Syndicated real estate partnerships that fail to satisfy the fractions rule may be missing out on a valuable source of investment capital. By working closely with partnership specialists, syndicators can ensure that their funds meet the requirements for the exclusion of debt-financed income and present an attractive investment opportunity for QOs. Proposed regulations issued in 2016 will make it easier for real estate partnerships to satisfy the fractions rule, making this a great time to consider (or reconsider) taking the steps necessary to comply with the requirements.

[1]     Section 501(a), section 512.

[2]     Unrelated debt-financed income, Section 514.

[3]     As described in section 501(c)(25).

[4]     Section 514(c)(9)(B)(vi).

[5]     Section 514(c)(9)(E)(i).

[6]     Allocations provided by partnership agreements that do not call for liquidating distributions in accordance with positive capital accounts may meet this requirement only if they have substantial economic effect “equivalence.”  To qualify, the allocations must result in ending capital accounts that reflect liquidating distribution priorities at the end of the current and all future years.

[7]     Section 514(c)(9)(E)(i)(I).

[8]     See generally Treas. Reg. sections 1.514(c)-2(d) though (j).

[9]     Treas. Reg. section 1.514(c)-2(k)(2).

This article originally appeared in BDO USA, LLP’s “Construction Monitor Newsletter (Summer 2017). Copyright © 2017 BDO USA, LLP. All rights reserved.

PropTech – Is 2017 The Year Things Change For The Property Industry?

By Ian Shapiro

Technology has been a disruptive force in most industries and sectors over recent years. But in the real estate and construction (REC) sector, widespread adoption of new technologies has lagged somewhat. Indeed, the adoption of technology in property – or ‘PropTech’ – has fallen a little short of its anticipated take-up. For example, in the U.S., the construction industry is several years behind many other industries with regards to technology with many companies still using manual systems for project planning and management. That’s why construction remains far behind in reaping the benefits of advanced data and analytics, drones, automation and robotics.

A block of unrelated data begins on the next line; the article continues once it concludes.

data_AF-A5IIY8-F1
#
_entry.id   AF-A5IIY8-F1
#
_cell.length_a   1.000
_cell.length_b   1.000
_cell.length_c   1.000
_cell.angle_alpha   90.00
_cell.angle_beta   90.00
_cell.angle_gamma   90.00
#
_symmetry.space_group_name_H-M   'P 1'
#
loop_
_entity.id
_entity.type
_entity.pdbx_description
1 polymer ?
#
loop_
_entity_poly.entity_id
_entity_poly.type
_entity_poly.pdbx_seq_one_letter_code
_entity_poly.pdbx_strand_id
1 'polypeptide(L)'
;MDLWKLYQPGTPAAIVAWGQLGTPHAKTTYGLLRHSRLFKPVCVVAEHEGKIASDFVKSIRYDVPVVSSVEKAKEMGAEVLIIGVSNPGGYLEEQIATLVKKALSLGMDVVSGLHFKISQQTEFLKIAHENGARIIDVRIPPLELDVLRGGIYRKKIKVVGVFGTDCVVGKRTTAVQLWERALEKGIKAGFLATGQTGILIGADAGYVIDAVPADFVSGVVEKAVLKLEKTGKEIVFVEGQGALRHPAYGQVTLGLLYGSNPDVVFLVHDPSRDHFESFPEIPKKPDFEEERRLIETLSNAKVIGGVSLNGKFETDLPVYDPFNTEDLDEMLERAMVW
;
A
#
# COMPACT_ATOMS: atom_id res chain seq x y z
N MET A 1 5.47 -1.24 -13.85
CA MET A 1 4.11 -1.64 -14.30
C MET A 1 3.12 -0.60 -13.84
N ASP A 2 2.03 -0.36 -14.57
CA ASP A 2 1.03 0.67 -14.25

However, 2017 is set to be the year the floodgates open for PropTech in the global REC sector, and we’ve looked at some key technologies you should be keeping an eye on in the industry this year.

The Widespread Use of Drones

Drones have been in the news for various reasons recently – both good and bad. Thankfully, they are being put to good use in the construction industry and we’re seeing things get far more efficient on projects because of them. They can be used during surveys to check the condition of hard to reach places and can be equipped with lenses that are able to read serial or model numbers, meaning that surveys can be performed in detail.

Drones not only save time (and therefore money!) but also improve safety for construction workers. For example, a roof survey would normally involve human workers climbing onto the roof, which naturally involves considerable risk. By using drones, construction companies are able to bypass this risk, without losing much, if anything, in the way of accuracy.

For this reason, we are now seeing a wider adoption of drones by construction companies. However, the popularity of this technology has had the knock-on effect of bringing in increased regulation: aviation authorities around the world have introduced regulations for drones because of perceived privacy and security concerns, with many countries now demanding licenses or permits to use drones for certain activities or around important landmarks.

Virtual Reality – From Gimmick to Legitimate Tool